That said, progressive businesses must assimilate the long-term impacts of this process; an environment that encourages accountability through agile project cycles can help foster innovation; projects thus become less disruptive and more affordable while enabling the organizations to reap benefits early.
Migrating to SAP HANA and SAP S/4HANA is a smart and streamlined mechanism towards adopting an agile approach since most changes happen behind the scenes. There are only minor changes for the average user.
Some transactions will be faster and a variety of performance enhancement could be identified; these, on their own, may not seem very consequential, but an overall realignment of the systems per se, results in them becoming material.
This transformational pathway, however, does not happen on its own. Organizations need to smoothen end-to-end processes and take steps to create a framework for reaping these benefits. A ‘participative’ state-of-mind and an active project flowchart helps to ensure complete organizational involvement – and this is exactly where ‘agility’ assumes paramount importance.
The opportunity to avoid spending time on processes that are high-volume and re-dedicating those hours to other process has a considerable impact on organizational productivity.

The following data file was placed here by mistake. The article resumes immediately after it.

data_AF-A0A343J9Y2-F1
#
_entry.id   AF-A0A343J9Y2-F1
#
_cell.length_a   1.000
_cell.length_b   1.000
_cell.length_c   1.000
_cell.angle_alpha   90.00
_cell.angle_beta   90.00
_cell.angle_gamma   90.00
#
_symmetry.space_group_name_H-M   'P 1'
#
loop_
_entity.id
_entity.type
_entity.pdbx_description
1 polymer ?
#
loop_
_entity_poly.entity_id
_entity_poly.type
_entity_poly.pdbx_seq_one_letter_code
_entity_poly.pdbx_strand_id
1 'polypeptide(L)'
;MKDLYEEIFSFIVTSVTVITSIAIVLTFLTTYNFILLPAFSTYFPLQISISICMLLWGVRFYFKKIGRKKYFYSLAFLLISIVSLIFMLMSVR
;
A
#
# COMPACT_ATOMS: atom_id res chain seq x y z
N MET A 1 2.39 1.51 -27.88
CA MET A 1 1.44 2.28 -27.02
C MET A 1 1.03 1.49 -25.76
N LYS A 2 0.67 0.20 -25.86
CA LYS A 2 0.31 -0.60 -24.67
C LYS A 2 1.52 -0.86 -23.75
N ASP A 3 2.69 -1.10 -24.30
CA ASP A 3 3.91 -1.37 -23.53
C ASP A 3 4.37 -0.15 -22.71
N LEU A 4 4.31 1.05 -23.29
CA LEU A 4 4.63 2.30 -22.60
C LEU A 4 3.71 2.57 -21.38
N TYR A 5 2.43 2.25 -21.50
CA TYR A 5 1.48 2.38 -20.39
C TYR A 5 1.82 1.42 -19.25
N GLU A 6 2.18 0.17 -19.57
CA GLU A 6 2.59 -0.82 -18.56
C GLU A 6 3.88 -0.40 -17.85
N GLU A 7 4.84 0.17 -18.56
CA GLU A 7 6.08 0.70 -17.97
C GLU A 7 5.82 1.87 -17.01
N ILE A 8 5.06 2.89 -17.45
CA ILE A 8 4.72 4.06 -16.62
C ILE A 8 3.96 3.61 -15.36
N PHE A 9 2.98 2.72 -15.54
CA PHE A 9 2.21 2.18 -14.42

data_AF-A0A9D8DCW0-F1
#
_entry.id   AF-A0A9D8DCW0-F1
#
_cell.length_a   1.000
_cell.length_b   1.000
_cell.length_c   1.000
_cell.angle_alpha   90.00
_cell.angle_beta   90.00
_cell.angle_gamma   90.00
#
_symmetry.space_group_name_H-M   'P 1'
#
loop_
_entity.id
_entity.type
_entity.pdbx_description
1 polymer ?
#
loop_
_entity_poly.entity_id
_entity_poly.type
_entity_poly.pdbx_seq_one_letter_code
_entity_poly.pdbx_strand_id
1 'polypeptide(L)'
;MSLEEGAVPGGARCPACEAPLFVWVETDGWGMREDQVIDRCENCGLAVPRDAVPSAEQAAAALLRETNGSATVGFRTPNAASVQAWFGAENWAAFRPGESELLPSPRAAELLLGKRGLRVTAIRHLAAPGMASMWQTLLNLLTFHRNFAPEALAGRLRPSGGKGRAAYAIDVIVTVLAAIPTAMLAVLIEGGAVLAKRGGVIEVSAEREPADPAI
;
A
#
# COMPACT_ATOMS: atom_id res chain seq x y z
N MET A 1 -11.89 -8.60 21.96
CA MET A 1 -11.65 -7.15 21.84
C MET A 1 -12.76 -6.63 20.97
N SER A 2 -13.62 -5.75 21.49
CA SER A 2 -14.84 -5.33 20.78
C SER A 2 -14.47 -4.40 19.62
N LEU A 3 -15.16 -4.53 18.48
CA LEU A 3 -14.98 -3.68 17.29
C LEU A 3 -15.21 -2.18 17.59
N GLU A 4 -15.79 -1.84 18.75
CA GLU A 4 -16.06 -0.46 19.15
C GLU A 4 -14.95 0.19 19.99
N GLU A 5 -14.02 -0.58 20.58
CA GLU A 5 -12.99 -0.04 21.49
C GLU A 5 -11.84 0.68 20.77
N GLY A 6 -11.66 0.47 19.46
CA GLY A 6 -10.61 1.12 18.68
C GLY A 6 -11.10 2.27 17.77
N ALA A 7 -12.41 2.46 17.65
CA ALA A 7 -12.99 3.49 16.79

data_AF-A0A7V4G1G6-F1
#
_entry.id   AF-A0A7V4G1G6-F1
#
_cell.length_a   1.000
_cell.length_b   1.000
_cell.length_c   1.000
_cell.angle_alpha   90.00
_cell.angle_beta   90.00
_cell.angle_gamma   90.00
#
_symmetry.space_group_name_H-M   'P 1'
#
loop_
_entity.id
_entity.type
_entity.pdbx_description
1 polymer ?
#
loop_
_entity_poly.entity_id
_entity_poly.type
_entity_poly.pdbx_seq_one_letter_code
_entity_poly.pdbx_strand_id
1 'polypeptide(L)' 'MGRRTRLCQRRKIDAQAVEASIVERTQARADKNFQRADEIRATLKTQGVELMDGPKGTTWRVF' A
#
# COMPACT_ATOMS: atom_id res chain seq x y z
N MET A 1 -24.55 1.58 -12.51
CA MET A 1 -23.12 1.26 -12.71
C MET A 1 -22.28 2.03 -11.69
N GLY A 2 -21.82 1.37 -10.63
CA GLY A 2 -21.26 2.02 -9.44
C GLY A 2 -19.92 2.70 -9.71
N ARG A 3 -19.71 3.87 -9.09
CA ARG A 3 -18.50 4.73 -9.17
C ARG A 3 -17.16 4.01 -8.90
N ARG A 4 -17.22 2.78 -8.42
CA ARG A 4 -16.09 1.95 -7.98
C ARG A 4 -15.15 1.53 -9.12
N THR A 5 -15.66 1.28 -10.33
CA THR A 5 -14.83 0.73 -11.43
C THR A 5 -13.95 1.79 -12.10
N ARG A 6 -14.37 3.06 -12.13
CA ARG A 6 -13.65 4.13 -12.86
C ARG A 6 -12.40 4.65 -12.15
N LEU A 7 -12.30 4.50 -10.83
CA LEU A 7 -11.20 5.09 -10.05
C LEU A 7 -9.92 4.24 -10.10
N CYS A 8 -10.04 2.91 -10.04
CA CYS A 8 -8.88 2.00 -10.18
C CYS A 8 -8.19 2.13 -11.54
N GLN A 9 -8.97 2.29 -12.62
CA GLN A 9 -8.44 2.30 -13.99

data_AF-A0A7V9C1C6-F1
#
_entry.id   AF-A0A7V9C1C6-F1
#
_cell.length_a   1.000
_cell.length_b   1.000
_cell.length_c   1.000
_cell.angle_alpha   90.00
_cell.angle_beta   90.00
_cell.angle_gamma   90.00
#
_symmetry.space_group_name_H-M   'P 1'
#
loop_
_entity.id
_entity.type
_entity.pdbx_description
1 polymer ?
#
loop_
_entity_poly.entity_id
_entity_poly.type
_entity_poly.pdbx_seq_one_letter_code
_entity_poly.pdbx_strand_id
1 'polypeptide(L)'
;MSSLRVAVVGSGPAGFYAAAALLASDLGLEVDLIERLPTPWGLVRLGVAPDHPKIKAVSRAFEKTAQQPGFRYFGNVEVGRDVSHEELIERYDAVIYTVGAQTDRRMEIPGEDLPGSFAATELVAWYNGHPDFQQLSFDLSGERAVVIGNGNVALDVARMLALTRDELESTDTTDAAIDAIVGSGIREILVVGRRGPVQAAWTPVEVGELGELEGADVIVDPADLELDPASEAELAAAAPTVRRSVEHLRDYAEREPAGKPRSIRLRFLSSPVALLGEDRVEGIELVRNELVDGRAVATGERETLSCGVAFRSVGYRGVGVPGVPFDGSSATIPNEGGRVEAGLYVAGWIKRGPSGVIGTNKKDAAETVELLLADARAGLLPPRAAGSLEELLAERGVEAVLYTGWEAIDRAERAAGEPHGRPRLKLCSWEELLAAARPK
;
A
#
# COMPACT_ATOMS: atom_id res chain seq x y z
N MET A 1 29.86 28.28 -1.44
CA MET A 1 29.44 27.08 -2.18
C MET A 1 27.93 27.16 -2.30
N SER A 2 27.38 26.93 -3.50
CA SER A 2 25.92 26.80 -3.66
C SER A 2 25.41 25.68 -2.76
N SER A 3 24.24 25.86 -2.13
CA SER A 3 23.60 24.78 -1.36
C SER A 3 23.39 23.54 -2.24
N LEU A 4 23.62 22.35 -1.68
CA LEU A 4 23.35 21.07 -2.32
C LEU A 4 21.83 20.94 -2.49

Making the shift – When are you ready to move to SAP S/4HANA?
If an organization’s research on SAP S/4HANA and the arguments carried in these discussions are strong and convincing enough to prompt a switch to SAP S/4HANA, the final question is when?
Adopting SAP HANA and SAP S/4HANA should be considered under the following conditions:
- The SAP ERP Central Component is insufficiently supporting business needs;
- Budgetary allocations allow for innovation-funding;
- Technology services are in need of a refreshed and consolidated re-think;
- Transformational programs must be introduced urgently;
- Licensing considerations must be addressed;
Organizations must remember: A simple shift to SAP Business Suite driven by SAP HANA or SAP S/4HANA will not immediately unravel the full potential benefits. Instead, they must harbor a proactive approach in order to realize the value-added impacts of the technology.
Imagine SAP HANA as a Porsche, upgraded from a regular sedan; your new Porsche has the same components as the sedan brakes, four wheels, a steering wheel, etc. and you can drive it as you drove the sedan. But you also want to take advantage of what makes the Porsche a better car its design, speed, smoother drive, and performance in short, its overall ‘experience.’
If you don’t want to learn driving faster, tackling corners better, and braking faster, you might as well have kept your tried-and-tested sedan.
And to truly enjoy that turbo-charged experience of a vastly improved vehicle – you need an experienced copilot or race driver to take you through the motions, helping you to grasp the magic of this sharp, new technology.
To know more about HCL’s SAP practice, visit /systems-integration/sap.
Or contact HCL at firstname.lastname@example.org.